By SEANNA ADCOX
Associated Press Writer
COLUMBIA, S.C.— The federal agency that oversees low-level radioactive waste said in a report that it will update its long-term storage guidelines and require tighter security because more power plants, hospitals and universities will store the hazardous material on their own property beginning next year.
"The agency's existing guidance on LLW (low-level waste) storage is in some cases obsolete and may also have gaps in areas related to security," according to the Nuclear Regulatory Commission report released Friday.
The update is needed because a South Carolina nuclear waste landfill plans to close its doors to most of the country July 1.
The commission said it will also issue guidelines for monitoring stored waste, preparing it for eventual disposal, whenever that may be, and sealing it from extreme temperatures, rain and humidity. The guidelines were last issued in 1990.
Some officials fear storing the waste in potentially hundreds of locations across the country could allow radiation to escape, or that small, highly concentrated sealed sources, such as gauges, could be stolen to make "dirty bombs" that scatter radioactive debris.
The update will include security requirements to guard against terrorism, said Jim Kennedy, senior project manager of the commission's low-level waste branch.
The report comes less than a year before a landfill in Barnwell County closes to all but three states, meaning many power plants, hospitals and other companies will be forced to store the more radioactive low-level waste onsite.
As of July 1, nuclear waste generators in 36 states will have nowhere to dispose of that waste - roughly an average of 20,000 cubic feet yearly, or enough to fill six tractor-trailers.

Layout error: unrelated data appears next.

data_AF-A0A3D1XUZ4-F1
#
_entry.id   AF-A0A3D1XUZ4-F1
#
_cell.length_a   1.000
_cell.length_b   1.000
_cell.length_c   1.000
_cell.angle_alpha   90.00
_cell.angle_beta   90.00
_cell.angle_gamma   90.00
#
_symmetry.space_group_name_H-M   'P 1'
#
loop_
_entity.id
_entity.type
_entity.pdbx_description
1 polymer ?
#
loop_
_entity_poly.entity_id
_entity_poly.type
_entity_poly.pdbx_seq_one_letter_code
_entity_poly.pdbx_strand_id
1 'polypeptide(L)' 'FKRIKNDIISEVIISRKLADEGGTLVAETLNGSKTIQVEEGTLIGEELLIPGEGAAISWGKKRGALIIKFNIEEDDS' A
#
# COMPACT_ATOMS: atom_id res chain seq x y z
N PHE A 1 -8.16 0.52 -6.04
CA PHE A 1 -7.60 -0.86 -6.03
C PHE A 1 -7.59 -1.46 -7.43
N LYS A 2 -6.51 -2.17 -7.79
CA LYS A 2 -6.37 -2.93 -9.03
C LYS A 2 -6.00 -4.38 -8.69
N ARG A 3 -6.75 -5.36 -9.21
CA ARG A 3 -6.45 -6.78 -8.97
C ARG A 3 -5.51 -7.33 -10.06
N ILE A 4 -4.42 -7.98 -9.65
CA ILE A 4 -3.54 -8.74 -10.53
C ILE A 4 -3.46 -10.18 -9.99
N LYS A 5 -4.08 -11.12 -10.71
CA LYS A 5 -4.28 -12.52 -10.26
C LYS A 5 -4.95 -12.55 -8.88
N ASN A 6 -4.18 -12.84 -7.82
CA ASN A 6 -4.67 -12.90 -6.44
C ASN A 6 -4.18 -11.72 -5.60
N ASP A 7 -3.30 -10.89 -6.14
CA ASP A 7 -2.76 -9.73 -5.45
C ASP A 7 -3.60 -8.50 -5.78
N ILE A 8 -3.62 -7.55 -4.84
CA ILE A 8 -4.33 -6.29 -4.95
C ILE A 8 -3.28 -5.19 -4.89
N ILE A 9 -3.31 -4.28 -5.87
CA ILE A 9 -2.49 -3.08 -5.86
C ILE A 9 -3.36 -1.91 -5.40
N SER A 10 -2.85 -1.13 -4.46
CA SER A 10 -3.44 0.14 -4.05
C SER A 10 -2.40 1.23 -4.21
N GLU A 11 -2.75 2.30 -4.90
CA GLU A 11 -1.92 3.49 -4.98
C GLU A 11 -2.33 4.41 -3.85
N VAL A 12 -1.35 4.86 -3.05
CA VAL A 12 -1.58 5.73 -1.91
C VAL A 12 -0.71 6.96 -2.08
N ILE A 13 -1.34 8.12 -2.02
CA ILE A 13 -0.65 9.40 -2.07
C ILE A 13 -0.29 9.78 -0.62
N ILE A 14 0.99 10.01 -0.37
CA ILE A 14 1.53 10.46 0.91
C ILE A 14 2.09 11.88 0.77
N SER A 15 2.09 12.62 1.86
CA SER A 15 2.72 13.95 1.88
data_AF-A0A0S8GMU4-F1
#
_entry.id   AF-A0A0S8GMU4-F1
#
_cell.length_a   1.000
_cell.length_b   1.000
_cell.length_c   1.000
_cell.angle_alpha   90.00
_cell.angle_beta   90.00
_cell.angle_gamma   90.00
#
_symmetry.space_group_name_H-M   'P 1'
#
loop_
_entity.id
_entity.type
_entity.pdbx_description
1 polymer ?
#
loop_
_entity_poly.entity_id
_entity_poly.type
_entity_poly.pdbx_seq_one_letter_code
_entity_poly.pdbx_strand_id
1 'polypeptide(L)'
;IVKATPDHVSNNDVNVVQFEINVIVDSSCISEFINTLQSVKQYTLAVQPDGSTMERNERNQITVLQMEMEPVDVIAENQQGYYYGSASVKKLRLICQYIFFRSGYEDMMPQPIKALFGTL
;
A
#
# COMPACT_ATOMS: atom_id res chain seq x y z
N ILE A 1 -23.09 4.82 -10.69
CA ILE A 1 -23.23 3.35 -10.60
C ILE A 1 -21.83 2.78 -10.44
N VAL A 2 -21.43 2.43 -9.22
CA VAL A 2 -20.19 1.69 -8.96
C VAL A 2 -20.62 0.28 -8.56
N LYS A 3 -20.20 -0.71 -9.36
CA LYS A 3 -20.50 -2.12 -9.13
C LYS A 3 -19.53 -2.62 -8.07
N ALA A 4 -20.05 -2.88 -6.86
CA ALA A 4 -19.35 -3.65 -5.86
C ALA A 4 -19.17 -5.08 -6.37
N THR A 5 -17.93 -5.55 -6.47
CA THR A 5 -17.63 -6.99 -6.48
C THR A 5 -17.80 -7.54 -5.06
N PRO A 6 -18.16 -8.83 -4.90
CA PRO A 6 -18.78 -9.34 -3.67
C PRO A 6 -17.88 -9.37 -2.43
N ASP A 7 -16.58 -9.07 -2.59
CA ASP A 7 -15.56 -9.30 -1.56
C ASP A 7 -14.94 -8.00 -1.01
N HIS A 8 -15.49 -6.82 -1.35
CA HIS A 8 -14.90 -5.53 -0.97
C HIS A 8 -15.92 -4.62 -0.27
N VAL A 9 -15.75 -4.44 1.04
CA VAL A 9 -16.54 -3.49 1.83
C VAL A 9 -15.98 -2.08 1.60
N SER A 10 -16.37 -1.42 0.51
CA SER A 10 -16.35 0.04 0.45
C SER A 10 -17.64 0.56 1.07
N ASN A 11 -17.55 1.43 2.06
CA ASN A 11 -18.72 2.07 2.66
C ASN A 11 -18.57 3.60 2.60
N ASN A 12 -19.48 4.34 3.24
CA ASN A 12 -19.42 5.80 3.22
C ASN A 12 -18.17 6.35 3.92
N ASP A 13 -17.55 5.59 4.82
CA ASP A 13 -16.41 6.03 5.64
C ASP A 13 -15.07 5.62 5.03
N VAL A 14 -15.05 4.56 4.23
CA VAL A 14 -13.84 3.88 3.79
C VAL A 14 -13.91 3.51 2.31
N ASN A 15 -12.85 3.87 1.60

Only two other landfills now exist nationwide for low-level nuclear waste.
One, in Utah, takes only the least hazardous trash, such as slightly contaminated clothing that decays to non-hazardous levels within 100 years. It accepts waste from all states. The other landfill, in Washington, receives such material along with hotter waste that decays to non-hazardous levels within 500 years. But it accepts shipments from only 11 states, including Utah and Nevada.
A private company hopes to open a landfill in Texas within a few years for all classes of low-level waste, but it would accept waste only from Texas and Vermont.
Though nuclear power plants account for less than 5 percent of the 22,000 hospitals and other companies licensed to handle radioactive materials, they generate most of the hotter low-level waste. That includes contaminated tools and water purifying filters.
The commission expects to review and sign off on that industry's storage plans by next fall.
Also by the end of 2008, the agency expects to clarify when it will allow very-low-level nuclear waste to be taken to federal or municipal landfills where other hazardous waste, such as mercury, is dumped. The agency allows that only a handful of times yearly on a case-by-case basis, Kennedy said.
The report discusses some of the industry's suggestions for low-level waste disposal, including opening Energy Department dump sites for commercial disposal. But such decisions are beyond the commission's responsibilities, the report said.